We determined by positional cloning that the defective gene in these mutants is At3g51770 (fig. S1). At3g51770 encodes ETHYLENE OVERPRODUCER1 (ETO1), and plants homozygous for loss-of-function eto1 mutations produce excessive amounts of ethylene (7, 8). ETO1/At3g51770 is a ubiquitin E3 ligase that controls the rates of ethylene synthesis by modulating the levels of aminocyclopropane carboxylic acid synthase 5 (ACS5), a protein that catalyzes the rate-limiting step in ethylene biosynthesis (8). ETO1 is expressed throughout the plant (fig. S1). Mutations in E6263 (hereafter eto1-11) and E4510 (hereafter eto1-12) result in G→E and G→R at amino acid positions 457 and 786, respectively. Moreover, crosses between plants that are homozygous for the recessive eto1-11 mutation and the previously characterized recessive eto1-1 mutation produce mutant F1 offspring with deregulated QC cell divisions, which indicates that mutation of the ETO1 gene is responsible for the observed QC phenotype.

Our data suggest that ethylene promotes cell division in the QC. An alternative hypothesis is that ETO1 E3-ligase controls QC division by regulating the degradation of other proteins that play no role in ethylene biosynthesis. To distinguish between these alternatives, we determined whether QC division could be controlled by experimentally manipulating ethylene biosynthesis or signaling. If the QC phenotype of eto1 mutants were the result of ethylene overproduction, the inhibition of ethylene biosynthesis by 2-aminoethoxyvinyl glycine (AVG) should suppress the supernumerary divisions in the QC of the eto1 mutant. We observed no extra QC cell division in eto1 mutants grown in media supplemented with 0.5 μM AVG (Fig. 2, A to C). Similarly, if supernumerary cell divisions in the QC of eto1 mutants were ethylene dependent, it should be possible to phenocopy eto1 by exposing wild-type plants to ethylene. Growing wild-type plants in the presence of ethylene precursor 1-amino-1-cyclopropane carboxylic acid (ACC) (50 μM) induces QC cell division (Fig. 2D). Furthermore, the eto2 mutant carries a dominant mutation in an ACC synthase (ACS) gene that results in the overproduction of ethylene (9, 10). In these mutants, the QC cells also undergo supernumerary cell divisions, as they do in eto1 mutants (Fig. 2E). These data support the conclusion that the overproduction of ethylene is responsible for the supernumerary divisions that occur in the QC divisions in eto1 roots.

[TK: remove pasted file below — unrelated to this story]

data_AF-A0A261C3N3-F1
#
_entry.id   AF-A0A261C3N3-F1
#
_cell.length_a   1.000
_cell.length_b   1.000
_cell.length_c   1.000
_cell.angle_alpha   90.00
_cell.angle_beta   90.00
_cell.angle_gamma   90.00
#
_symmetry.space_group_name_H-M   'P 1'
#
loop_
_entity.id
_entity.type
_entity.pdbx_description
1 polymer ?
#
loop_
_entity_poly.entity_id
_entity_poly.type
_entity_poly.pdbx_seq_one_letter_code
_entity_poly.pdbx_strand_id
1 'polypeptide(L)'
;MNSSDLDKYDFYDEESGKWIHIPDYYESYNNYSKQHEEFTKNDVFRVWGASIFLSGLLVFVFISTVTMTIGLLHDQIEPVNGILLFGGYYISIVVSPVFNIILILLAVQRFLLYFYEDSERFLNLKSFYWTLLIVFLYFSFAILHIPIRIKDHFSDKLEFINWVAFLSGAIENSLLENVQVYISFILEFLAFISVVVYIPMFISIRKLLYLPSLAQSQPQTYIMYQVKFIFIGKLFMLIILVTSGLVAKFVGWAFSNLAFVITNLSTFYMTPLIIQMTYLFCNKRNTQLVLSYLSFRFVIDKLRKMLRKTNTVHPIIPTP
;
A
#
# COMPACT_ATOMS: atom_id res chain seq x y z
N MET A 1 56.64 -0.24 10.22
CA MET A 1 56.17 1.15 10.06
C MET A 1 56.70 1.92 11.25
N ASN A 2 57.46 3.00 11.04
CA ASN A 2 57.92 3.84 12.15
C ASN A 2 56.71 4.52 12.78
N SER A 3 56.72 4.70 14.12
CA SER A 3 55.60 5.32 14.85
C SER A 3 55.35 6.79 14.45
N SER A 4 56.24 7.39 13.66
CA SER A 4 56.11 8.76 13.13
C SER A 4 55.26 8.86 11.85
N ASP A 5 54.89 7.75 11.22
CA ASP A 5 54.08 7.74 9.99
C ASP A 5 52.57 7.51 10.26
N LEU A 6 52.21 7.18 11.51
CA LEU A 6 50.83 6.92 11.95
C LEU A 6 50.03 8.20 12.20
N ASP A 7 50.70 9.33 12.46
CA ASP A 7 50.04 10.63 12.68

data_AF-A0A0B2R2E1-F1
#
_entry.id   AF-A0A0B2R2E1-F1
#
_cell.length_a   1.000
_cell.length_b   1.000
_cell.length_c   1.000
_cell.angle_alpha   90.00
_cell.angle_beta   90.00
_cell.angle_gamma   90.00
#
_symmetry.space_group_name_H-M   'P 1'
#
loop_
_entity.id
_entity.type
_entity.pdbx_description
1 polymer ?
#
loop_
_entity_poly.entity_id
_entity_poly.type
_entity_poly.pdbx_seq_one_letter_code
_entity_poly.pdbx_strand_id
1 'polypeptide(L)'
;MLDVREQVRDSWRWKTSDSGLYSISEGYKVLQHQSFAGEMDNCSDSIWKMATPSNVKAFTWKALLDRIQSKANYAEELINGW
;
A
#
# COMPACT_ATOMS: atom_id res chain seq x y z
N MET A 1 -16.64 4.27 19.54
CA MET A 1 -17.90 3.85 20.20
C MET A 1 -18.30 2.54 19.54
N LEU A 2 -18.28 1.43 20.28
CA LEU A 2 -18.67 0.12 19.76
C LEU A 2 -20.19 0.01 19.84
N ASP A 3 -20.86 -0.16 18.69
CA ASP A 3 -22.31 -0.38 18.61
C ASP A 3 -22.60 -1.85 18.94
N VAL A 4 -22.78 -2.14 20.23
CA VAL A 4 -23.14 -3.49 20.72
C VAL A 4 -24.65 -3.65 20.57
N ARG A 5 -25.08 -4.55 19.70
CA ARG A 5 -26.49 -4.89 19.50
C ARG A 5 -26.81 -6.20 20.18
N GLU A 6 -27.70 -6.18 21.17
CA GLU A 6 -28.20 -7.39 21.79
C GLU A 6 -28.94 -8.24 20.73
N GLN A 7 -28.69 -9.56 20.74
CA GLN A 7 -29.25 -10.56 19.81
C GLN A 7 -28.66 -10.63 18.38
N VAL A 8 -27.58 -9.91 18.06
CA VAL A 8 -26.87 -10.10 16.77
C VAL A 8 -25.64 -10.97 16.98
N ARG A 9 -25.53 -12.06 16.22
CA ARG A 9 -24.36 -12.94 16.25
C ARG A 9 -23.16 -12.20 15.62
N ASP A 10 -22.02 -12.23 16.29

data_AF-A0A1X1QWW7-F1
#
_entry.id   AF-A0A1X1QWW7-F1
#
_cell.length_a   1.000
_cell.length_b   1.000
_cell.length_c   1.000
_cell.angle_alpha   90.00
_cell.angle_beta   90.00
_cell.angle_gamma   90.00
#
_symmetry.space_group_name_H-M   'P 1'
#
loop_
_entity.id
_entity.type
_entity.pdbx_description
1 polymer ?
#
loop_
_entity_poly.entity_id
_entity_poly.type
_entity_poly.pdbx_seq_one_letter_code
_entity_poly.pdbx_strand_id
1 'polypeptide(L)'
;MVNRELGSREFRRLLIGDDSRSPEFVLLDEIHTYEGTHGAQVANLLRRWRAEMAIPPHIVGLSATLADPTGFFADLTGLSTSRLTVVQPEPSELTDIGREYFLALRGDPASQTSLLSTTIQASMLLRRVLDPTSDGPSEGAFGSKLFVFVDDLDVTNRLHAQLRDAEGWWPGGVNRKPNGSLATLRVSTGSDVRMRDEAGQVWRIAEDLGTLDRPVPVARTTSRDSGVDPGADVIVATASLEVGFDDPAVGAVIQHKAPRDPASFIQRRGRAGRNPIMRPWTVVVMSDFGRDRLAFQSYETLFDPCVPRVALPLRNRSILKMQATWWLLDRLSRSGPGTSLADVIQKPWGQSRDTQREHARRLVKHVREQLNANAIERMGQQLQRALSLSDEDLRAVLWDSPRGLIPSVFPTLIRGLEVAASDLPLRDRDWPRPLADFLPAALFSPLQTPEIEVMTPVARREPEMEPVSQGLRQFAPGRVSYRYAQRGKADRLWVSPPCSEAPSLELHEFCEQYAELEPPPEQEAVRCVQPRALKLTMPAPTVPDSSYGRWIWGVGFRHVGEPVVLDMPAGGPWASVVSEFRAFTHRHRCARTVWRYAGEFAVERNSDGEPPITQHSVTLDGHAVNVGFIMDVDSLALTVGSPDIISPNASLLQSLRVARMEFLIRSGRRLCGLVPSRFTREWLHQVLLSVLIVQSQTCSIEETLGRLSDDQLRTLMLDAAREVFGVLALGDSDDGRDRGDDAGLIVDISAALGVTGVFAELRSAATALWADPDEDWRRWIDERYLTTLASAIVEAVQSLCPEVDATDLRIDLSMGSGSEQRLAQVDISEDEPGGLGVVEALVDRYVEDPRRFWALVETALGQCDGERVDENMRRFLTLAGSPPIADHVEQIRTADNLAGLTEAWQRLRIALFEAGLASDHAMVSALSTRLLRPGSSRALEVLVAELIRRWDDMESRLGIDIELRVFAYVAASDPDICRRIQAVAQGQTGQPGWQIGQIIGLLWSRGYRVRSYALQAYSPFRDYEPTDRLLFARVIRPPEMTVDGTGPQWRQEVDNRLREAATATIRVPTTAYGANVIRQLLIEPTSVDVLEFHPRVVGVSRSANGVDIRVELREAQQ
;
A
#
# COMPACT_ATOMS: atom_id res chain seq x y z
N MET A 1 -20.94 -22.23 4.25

Fig. 2.

Ethylene promotes QC cell division. Stem cell niche organization of (A) wild-type, (B) eto1-11 mutant, (C) eto1-11 treated with AVG (0.5 μM), (D) wild-type treated with ACC (50 μM), (E) eto2 mutant, and (F) ctr1 mutant roots. Red arrowheads, extra cell division in the QC. Scale bars, 50 μm.

To further verify that ethylene promotes QC cell division, we determined the QC phenotype of plants with defective ethylene signaling. The CONSTITUTIVE TRIPLE RESPONSE1 (CTR1) protein is a negative regulator of the ethylene signal transduction cascade, and loss-of-function mutations in the CTR1 gene results in constitutive activation of ethylene signaling (9). If ethylene were responsible for the stimulation of QC division in the eto1 mutant, we predict that QC cells should also divide frequently in the ctr1 mutant. An increased frequency of cell divisions in the QC of ctr1 mutants results in a cellular organization that is indistinguishable from that observed in eto1 mutants (Fig. 2, B and F).